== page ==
Sanjay: I remember, years ago, I was in a different band before SOTO and recorded a clip of a rehearsal on my laptop. This just depicts up the community feel in Brighton. I remember carrying the laptop with me into a venue and showing them the minute and a half long clip. ‘This is my band’ – They were like ‘yeah, cool, you can have two 45 minute slots’. It was so laid-back – it’s probably the complete opposite of the London gig searching process. My music was terrible back then too.

We went on to speak about the debut EP Shogun and some of the ideas behind a few of the tracks.

Jekyll & Hyde:

Alex: The song started in a rehearsal one day. We invited a spoken word artist called Lo Kai Poet to come in with us as we jammed. He brought a big notepad filled with poetry in with him and it just happened from there. We all thought it was amazing and by the end of the session we had written the riff that became Jekyll & Hyde. At the end of the session we all looked at each other and realized that we had made quite a nice little song that day. The feedback has been good on that one and we are really grateful to have had that opportunity to work with him.


Alex: I think there can be a lot of pressure to pigeon hole a particular genre to fit into. When we are rehearsing together, sometimes it feels to us that some songs don’t require vocals at any point. On Shogun, you wouldn’t expect a vocal to come in because you’ve got the big drums, spacey guitar and intensity of the bass. None of us expected vocals to come in on the track so we didn’t touch it. When we perform live, we are quite happy with the split of vocal and non-vocal tracks. There is a lot more space for creative flow on the instrumental tracks. We challenge each other and revel in the freedom. The vocal songs, we have to make space for and the key thing we have to do is to keep our own stamp on the songs.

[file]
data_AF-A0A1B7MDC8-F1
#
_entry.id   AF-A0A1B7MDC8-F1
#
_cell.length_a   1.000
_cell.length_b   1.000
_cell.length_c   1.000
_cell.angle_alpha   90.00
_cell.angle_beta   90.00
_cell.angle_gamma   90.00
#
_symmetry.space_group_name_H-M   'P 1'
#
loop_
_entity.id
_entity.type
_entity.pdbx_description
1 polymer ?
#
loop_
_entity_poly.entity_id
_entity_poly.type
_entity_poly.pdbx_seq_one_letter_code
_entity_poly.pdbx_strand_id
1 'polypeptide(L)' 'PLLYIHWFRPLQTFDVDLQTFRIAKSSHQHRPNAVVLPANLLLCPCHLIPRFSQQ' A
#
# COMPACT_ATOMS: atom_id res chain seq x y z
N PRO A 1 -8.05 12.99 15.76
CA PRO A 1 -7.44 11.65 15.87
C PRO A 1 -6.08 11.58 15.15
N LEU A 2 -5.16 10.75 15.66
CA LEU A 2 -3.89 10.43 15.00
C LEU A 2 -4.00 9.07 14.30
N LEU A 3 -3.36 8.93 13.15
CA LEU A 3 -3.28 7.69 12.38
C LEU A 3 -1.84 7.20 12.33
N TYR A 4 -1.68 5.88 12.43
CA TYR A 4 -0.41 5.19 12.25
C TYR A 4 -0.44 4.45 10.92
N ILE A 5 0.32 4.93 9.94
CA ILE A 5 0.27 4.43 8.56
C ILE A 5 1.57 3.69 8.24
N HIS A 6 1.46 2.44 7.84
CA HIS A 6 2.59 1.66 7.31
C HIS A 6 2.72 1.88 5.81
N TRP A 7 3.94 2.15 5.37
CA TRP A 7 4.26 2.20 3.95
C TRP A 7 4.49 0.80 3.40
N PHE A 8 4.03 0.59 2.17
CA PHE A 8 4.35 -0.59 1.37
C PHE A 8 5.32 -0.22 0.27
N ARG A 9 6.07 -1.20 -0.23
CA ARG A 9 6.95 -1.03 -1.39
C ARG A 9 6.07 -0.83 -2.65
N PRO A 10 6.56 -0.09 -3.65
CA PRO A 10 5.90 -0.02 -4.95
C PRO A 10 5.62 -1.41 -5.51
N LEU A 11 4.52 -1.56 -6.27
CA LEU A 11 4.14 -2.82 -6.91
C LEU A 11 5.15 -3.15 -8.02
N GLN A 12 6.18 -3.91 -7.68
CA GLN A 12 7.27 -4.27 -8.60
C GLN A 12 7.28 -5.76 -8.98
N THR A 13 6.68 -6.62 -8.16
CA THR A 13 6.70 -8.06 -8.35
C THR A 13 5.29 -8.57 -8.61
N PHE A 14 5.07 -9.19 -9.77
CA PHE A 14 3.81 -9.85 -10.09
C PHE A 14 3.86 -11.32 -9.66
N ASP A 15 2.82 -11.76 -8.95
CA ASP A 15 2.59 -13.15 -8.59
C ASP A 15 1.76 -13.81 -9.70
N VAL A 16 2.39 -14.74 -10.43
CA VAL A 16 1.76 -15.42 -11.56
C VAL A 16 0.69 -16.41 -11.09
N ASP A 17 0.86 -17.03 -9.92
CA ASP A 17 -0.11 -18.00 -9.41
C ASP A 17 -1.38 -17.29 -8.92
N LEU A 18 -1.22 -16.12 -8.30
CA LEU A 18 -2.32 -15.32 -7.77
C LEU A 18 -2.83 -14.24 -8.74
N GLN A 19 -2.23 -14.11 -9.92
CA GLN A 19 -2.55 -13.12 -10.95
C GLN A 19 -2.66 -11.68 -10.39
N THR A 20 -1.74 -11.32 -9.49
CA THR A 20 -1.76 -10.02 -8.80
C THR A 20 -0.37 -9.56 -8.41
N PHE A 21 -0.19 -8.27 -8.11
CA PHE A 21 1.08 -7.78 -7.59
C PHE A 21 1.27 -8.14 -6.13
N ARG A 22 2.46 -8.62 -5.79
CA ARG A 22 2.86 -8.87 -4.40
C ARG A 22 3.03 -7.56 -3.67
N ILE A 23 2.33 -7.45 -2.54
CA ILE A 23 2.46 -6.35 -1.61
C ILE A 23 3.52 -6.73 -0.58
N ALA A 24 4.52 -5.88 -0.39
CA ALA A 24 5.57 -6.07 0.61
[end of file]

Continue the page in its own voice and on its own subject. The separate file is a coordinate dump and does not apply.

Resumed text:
Calum: We were a little bit worried with the EP that people wouldn’t understand the diversity of it. One track is RnB – the next Jazz – the next hip hop. But that’s the way we want it.

Going forward, Will you be sticking to instrumentals or keeping a balance of vocal work in there too?